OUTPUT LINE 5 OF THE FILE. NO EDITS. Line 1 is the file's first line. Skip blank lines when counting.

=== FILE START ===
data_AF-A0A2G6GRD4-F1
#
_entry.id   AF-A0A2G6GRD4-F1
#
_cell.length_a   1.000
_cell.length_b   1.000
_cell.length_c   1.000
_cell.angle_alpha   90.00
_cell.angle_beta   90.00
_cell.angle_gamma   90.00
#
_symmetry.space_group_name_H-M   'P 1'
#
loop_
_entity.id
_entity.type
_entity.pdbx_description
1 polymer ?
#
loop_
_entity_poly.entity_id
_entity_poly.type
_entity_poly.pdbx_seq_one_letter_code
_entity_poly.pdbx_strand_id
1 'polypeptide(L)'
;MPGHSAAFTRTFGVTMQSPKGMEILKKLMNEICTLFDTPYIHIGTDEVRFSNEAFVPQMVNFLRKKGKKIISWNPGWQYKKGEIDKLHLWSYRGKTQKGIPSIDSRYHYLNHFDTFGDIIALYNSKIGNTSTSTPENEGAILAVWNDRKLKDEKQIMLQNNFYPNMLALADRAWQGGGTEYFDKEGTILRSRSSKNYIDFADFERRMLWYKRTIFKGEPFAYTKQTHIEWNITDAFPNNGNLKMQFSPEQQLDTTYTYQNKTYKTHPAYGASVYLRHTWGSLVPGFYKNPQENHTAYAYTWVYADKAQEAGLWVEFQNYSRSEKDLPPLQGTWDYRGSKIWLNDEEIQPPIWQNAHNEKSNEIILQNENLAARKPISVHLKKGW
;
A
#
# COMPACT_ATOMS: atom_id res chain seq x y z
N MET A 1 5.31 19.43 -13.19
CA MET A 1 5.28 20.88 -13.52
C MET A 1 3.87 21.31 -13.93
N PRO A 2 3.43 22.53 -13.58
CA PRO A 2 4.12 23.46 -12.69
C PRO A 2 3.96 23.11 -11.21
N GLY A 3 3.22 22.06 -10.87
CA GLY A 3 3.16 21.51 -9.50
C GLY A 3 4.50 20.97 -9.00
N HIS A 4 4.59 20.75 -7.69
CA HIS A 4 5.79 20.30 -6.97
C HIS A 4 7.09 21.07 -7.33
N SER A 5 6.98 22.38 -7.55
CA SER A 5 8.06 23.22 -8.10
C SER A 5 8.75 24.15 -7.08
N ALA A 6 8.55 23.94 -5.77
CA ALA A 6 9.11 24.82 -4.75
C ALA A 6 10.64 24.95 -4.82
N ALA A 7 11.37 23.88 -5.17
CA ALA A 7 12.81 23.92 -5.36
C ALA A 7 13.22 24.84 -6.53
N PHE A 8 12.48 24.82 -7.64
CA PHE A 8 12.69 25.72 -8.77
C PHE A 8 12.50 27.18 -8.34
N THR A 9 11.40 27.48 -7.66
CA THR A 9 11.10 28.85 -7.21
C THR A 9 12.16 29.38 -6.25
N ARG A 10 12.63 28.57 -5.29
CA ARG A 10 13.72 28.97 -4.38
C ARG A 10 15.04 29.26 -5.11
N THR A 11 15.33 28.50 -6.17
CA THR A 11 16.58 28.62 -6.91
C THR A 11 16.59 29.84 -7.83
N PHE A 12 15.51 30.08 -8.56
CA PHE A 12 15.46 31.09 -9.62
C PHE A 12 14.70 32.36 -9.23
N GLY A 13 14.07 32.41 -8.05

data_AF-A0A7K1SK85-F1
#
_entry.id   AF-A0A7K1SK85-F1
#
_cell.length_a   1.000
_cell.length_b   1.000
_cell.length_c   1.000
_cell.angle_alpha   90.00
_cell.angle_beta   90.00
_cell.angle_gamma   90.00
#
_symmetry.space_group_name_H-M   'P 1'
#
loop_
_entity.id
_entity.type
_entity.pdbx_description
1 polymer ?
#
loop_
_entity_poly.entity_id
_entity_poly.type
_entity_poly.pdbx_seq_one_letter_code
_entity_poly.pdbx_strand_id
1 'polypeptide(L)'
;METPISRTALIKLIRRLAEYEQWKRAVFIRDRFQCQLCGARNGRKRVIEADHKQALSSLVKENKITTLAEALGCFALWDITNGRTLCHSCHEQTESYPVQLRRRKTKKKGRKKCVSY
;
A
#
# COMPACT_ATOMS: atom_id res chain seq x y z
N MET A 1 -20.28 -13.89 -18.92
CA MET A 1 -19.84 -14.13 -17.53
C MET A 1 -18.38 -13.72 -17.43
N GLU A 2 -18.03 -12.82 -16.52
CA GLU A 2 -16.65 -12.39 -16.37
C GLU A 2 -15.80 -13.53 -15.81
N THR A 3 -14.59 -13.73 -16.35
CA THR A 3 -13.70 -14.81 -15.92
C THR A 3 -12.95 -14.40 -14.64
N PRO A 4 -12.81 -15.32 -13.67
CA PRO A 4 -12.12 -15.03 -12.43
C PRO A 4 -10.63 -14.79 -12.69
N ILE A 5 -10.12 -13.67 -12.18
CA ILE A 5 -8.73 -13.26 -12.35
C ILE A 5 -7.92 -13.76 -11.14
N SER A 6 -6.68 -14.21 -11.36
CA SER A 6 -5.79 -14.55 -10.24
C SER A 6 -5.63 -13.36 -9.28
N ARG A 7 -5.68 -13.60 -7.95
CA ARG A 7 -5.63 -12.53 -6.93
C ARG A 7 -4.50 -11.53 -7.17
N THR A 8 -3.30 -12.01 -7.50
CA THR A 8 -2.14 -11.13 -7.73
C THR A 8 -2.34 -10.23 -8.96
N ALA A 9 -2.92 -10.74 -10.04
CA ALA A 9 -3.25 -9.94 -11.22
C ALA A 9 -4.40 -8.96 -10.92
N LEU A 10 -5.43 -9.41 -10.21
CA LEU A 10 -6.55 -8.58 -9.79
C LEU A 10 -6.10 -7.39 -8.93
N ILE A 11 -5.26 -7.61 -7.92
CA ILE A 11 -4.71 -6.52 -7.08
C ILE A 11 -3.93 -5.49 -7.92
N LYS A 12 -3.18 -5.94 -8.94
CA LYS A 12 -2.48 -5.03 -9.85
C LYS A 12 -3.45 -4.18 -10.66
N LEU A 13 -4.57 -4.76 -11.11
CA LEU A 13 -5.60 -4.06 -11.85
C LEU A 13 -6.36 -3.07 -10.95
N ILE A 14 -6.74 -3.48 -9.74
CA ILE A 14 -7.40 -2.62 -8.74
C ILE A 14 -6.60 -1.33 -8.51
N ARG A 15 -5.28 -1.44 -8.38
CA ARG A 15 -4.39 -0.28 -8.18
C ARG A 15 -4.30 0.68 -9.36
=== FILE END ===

_cell.length_a   1.000